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What Can I Expect from Adolescence Behavior?

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  • Written By: Susan Grindstaff
  • Edited By: Heather Bailey
  • Last Modified Date: 26 October 2019
  • Copyright Protected:
    2003-2019
    Conjecture Corporation
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Some of the most common elements of adolescence behavior include mood swings, stress, and anger. Much of the behavior can be contributed to rapidly changing hormones. Many adolescents experience periods of extremely low self-confidence, which can also result in troubling behavior.

Adolescence behavior is most commonly associated with bouts of anger than can be inexplicable, and parents often say that it is as if their child has suddenly come to despise them. Though this is seldom true, it can be a very difficult time for families, and the more the parents understand adolescence behavior, the more likely it will be that the family unit survives these troubling years. Most of the anger that the child is exhibiting is as alien to him or her as it is to others. Teen anger is often driven by surging hormones, and if everyone involved understands this, it is much easier to deal with.

Mood swings in adolescents are also usually driven by hormonal changes. In the space of a day, an adolescent can go through several different moods for no apparent reason. Occurrences that previously might have only caused only mild disappointment can, during adolescence, put the teen into a period of real depression. Parents and teachers should be particularly observant during this period, for severe depression can be life-threatening.

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Low self-image is not a problem for all teens, but it has come to be viewed as a typical trigger for many types of adolescence behavior. Young people tend to magnify all of their shortcomings, especially when it comes to physical beauty, and though female adolescents are typically more comfortable talking about these issues, self-image problems are also common in males. A teen who has become fixated on self-image often spends an excessive amount of time on makeup and grooming. To a certain degree, this behavior is harmless, but parents should be watchful that it does not escalate into dangerous behaviors such as self-mutilation or extreme dieting and exercise.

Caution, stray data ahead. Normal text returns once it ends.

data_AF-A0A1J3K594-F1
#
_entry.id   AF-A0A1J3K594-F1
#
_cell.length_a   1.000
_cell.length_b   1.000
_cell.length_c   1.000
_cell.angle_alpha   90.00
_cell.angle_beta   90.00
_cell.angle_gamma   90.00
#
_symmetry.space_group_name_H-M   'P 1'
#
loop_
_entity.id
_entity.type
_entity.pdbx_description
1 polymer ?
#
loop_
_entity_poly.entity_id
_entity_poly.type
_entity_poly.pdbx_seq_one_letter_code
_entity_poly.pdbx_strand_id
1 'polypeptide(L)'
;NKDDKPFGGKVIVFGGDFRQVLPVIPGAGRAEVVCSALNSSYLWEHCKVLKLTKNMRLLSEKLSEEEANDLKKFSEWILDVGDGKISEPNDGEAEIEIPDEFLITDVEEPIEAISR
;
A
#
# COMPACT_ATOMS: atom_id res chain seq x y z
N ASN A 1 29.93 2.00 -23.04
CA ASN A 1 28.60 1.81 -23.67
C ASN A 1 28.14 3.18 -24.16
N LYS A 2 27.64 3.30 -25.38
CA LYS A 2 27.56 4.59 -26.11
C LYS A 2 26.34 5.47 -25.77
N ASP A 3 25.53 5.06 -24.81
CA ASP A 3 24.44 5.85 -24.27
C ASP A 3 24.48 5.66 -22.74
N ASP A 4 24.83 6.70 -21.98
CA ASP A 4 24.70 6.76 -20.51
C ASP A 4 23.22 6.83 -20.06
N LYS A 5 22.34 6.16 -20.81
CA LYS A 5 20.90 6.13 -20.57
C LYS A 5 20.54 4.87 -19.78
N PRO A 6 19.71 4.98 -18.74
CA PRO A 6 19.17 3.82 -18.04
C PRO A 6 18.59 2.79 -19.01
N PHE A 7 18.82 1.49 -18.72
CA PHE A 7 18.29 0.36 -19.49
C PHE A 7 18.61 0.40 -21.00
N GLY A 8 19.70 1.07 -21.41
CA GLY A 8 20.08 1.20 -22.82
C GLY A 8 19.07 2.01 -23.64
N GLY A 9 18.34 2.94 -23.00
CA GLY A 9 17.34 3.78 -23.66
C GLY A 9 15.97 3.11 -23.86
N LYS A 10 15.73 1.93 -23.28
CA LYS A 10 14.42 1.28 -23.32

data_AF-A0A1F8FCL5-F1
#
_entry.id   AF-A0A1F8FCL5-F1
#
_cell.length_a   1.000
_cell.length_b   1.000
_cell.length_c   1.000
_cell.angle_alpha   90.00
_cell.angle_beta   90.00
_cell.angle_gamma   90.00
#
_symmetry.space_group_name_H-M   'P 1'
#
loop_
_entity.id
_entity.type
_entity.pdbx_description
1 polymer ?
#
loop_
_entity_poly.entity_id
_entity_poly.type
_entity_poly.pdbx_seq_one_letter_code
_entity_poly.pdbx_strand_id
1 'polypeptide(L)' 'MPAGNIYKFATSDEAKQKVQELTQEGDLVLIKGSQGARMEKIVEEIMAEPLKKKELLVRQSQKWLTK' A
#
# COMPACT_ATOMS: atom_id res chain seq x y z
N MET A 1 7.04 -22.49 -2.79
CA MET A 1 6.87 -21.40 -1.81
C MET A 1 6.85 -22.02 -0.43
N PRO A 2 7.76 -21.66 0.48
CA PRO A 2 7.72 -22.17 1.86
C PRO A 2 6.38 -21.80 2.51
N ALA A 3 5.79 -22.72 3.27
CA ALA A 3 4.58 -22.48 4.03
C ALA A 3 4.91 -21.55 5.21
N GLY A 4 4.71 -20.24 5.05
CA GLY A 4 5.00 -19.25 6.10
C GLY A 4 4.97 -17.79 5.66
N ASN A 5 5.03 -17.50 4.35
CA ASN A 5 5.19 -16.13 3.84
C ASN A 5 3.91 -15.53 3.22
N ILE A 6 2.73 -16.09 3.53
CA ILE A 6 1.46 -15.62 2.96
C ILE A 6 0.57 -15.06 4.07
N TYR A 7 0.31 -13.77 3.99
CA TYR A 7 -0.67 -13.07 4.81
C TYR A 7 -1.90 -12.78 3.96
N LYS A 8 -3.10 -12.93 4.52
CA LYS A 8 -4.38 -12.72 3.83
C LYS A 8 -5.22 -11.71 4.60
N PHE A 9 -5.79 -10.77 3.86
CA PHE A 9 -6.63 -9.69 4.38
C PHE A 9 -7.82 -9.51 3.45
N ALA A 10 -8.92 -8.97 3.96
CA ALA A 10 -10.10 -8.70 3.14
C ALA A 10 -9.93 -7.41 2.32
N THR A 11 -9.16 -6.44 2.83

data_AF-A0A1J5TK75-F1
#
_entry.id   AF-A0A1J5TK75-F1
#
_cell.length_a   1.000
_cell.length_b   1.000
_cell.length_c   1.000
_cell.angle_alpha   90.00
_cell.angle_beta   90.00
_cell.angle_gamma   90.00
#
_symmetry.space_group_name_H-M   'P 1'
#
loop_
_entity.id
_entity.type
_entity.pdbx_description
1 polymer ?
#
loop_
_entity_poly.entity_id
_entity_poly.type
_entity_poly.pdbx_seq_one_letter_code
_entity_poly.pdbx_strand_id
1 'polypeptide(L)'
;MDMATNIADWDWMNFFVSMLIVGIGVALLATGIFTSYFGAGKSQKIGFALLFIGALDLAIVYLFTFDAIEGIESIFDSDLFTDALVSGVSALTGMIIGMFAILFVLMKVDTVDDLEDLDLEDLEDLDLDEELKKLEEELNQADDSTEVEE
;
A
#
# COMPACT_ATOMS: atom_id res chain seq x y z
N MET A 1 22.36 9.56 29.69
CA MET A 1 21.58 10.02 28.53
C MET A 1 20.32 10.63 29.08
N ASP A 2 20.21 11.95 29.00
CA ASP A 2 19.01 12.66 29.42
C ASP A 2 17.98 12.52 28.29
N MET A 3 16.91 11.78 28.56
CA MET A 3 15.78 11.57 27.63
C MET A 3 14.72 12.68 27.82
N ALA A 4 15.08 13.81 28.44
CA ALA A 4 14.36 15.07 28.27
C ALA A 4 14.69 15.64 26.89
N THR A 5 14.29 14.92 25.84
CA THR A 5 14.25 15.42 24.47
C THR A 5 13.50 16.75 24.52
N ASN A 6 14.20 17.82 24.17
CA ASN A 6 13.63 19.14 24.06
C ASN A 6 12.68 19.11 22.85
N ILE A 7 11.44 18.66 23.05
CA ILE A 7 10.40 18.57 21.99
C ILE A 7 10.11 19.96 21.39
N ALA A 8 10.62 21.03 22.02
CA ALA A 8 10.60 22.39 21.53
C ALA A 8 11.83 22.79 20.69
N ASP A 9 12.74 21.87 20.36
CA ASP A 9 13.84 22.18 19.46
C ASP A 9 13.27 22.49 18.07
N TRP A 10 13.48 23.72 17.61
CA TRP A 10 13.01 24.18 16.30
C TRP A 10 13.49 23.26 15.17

Most experts agree that to adolescents, everything in their lives is suddenly “larger than life.” This puts the teen under an extreme amount of stress. Small problems can suddenly seem insurmountable, and the stress that results from this can put the teen at a real disadvantage in relationships both at home and school. Dealing with this inner stress can make a teen seem unusually self-involved, because to him, his problems seem not only huge, but in many cases, unsolvable. Teens exhibiting symptoms of high levels of stress may require medical intervention.

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